In an interview with The Guardian to mark him becoming the longest-serving health secretary in history, Mr Hunt said: ‘We do need 5,000 more GPs and we are struggling to deliver that pledge, but I’m absolutely determined to do so because GPs are working incredibly hard; too hard.
'I got quite widely ridiculed when I made the pledge in 2015. I wanted to nail my colours to the mast of getting more GPs into the system. But it has been harder than we thought.’
However, he said that he remained committed to increasing the number of GPs in the NHS. ‘This is not a pledge that we’re abandoning because it’s a very, very important pledge for the NHS and with general practice. It’s just taking a bit longer than I had hoped,’ he said.
Mr Hunt first suggested increasing the GP workforce by 5,000 GPs in 2014 and the target formed part of the Conservatives’ 2015 election manifesto under former prime minister David Cameron.
While the pledge was omitted from the party’s 2017 election manifesto, the Conservatives later confirmed they were committed to the target.
However, it has been clear for some time that achieving the target by 2020 was becoming unlikely. The latest official workforce figures, published last month, showed that the number of full-time equivalent GPs in England fell by 1,340 between March 2016 and March 2018, a drop of 4%.
In light of Mr Hunt's comments, the RCGP called on the government to implement 'new, innovative measures' to meet the target to recruit 5,000 more GPs.
RCGP chair Professor Helen Stokes-Lampard said: 'We know that we have more GPs in training than ever before, but it takes many years to train a GP. We need to concentrate on retaining our experienced family doctors – and we need to start by tackling workload in general practice that has escalated both in volume and complexity in recent years, and the unnecessary red tape and bureaucracy that GPs are increasingly having to deal with.'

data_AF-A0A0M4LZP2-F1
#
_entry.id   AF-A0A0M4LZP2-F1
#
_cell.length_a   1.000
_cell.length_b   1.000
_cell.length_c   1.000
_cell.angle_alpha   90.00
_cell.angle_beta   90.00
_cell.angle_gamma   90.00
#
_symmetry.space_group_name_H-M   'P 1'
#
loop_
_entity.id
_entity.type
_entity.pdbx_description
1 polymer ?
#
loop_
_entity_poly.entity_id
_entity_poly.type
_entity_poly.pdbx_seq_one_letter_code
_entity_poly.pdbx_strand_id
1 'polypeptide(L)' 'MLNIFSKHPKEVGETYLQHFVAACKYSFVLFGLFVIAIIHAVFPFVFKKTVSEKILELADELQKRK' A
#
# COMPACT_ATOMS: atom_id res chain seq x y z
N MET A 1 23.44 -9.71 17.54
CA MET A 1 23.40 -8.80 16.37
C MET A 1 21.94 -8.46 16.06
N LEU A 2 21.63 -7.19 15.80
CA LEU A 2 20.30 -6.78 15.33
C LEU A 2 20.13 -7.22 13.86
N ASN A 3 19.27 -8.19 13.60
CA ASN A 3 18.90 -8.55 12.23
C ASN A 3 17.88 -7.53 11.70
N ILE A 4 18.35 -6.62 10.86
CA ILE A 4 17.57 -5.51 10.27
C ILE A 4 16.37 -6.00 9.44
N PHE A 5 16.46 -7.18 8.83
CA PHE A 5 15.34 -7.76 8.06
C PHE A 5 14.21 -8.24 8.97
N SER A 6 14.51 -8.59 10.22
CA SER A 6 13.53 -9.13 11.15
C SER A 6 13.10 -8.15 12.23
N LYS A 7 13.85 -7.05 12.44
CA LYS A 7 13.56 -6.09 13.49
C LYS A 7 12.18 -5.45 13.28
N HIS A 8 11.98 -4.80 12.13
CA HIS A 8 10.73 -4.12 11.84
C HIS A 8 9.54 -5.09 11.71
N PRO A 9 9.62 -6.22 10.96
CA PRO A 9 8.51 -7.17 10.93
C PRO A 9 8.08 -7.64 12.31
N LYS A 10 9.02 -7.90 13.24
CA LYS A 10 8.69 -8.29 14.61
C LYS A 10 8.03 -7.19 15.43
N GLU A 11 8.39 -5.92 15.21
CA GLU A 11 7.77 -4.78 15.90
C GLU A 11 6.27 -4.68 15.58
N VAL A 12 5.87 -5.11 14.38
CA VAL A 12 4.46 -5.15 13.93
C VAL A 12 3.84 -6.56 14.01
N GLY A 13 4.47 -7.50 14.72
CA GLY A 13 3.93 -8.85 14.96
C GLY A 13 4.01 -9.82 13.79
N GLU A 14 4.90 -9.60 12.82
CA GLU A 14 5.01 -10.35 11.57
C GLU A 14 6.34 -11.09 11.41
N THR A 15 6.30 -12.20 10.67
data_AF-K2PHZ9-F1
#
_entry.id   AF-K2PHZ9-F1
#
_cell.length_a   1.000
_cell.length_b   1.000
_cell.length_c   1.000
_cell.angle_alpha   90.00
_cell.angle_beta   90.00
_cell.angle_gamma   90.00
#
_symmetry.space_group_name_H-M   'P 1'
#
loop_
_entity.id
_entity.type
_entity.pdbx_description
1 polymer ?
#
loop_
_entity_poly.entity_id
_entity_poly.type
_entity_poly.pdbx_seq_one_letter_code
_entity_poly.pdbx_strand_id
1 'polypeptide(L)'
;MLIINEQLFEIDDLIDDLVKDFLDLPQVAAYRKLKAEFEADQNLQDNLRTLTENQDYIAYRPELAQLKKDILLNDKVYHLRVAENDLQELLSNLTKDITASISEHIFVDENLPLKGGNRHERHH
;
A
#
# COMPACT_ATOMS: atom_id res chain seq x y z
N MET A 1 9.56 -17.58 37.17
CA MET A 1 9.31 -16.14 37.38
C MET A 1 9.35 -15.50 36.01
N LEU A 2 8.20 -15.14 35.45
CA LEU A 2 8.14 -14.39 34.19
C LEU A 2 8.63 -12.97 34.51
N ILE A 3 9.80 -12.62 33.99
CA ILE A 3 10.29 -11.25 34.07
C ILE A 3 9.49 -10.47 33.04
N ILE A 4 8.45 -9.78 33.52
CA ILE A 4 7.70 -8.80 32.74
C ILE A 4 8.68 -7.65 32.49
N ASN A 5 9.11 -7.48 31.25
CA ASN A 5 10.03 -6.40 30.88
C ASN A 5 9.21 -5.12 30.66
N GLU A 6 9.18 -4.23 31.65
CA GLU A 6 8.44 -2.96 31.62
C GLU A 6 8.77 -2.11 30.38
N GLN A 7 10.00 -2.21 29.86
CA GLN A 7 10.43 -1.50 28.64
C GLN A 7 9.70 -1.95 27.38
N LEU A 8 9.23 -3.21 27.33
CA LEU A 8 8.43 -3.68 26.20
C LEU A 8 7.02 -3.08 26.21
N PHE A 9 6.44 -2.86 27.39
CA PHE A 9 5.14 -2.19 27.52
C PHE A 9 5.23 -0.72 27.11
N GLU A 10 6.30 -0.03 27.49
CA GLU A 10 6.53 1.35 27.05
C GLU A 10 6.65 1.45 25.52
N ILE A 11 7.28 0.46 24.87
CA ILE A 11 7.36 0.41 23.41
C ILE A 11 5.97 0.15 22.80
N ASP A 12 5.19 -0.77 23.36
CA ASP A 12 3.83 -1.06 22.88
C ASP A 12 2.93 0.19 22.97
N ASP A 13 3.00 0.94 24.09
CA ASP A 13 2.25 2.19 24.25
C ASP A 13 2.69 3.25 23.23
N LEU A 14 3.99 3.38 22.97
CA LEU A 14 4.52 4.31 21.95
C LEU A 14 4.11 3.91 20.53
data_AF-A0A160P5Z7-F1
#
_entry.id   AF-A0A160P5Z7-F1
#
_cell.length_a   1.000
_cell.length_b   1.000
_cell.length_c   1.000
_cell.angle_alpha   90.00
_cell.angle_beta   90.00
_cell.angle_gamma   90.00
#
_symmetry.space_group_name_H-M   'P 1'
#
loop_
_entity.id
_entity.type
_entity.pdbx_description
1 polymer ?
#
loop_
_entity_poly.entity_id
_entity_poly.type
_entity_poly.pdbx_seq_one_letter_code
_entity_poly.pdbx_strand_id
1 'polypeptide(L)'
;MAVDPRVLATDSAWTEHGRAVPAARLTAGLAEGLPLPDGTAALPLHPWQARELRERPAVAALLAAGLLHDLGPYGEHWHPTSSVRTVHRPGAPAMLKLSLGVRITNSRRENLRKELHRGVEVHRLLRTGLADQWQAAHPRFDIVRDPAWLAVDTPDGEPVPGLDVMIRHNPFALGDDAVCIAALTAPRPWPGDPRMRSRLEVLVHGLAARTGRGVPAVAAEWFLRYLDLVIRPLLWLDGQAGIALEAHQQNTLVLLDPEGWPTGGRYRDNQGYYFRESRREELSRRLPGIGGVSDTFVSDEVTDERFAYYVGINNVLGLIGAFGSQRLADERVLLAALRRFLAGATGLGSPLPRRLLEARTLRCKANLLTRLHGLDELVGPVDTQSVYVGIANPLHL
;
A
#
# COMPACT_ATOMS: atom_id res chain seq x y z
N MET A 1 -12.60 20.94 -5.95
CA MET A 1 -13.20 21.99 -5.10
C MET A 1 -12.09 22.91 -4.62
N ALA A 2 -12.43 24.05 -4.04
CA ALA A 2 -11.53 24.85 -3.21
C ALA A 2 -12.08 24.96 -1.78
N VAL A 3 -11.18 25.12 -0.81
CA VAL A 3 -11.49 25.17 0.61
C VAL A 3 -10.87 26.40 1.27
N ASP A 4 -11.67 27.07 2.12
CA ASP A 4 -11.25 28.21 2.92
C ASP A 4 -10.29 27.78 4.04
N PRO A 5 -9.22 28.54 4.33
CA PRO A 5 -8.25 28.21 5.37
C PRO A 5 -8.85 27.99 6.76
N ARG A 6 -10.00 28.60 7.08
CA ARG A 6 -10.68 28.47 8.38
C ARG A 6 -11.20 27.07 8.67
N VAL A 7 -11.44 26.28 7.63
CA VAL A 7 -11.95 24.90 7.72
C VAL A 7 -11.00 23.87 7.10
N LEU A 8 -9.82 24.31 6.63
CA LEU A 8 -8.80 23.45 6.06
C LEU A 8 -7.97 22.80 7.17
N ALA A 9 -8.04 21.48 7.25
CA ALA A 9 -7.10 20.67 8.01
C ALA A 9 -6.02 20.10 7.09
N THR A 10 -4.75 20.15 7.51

She added that the government must relax immigration rules to make it easier for GP practices to employ appropriately-trained doctors from overseas, something the college called for earlier this week, and add GPs to the Migration Advisory Committee’s shortage occupation list.
According to The Guardian interview Mr Hunt blames the drop in GP numbers on the number of doctors retiring early.
The latest national GP workload survey found that two in five GPs plan to quit direct patient care in the next five years - the highest figure ever recorded in the survey. Last week NHS England announced a new £10m funding package to help GP retention schemes maintain the GP workforce.
Mr Hunt also told The Guardian that prime minister Theresa May will give the NHS a ‘significant increase’ in its budget to coincide with the health service’s 70th anniversary in July. 'You should not underestimate how committed she is to the NHS. So she is absolutely 100% behind getting this right,' he said.
Mr Hunt said that lack of staff was ‘the biggest priority that we have now’ and that the NHS needed a long-term funding settlement to ensure it could recruit the staff it needed to deal with an ageing population.
Professor Stokes-Lampard said that in any long-term plan for the NHS it was essential that 'Mrs May recognises the vital role general practice makes in the health service and ensures that our profession receives its fair share of any new investment.'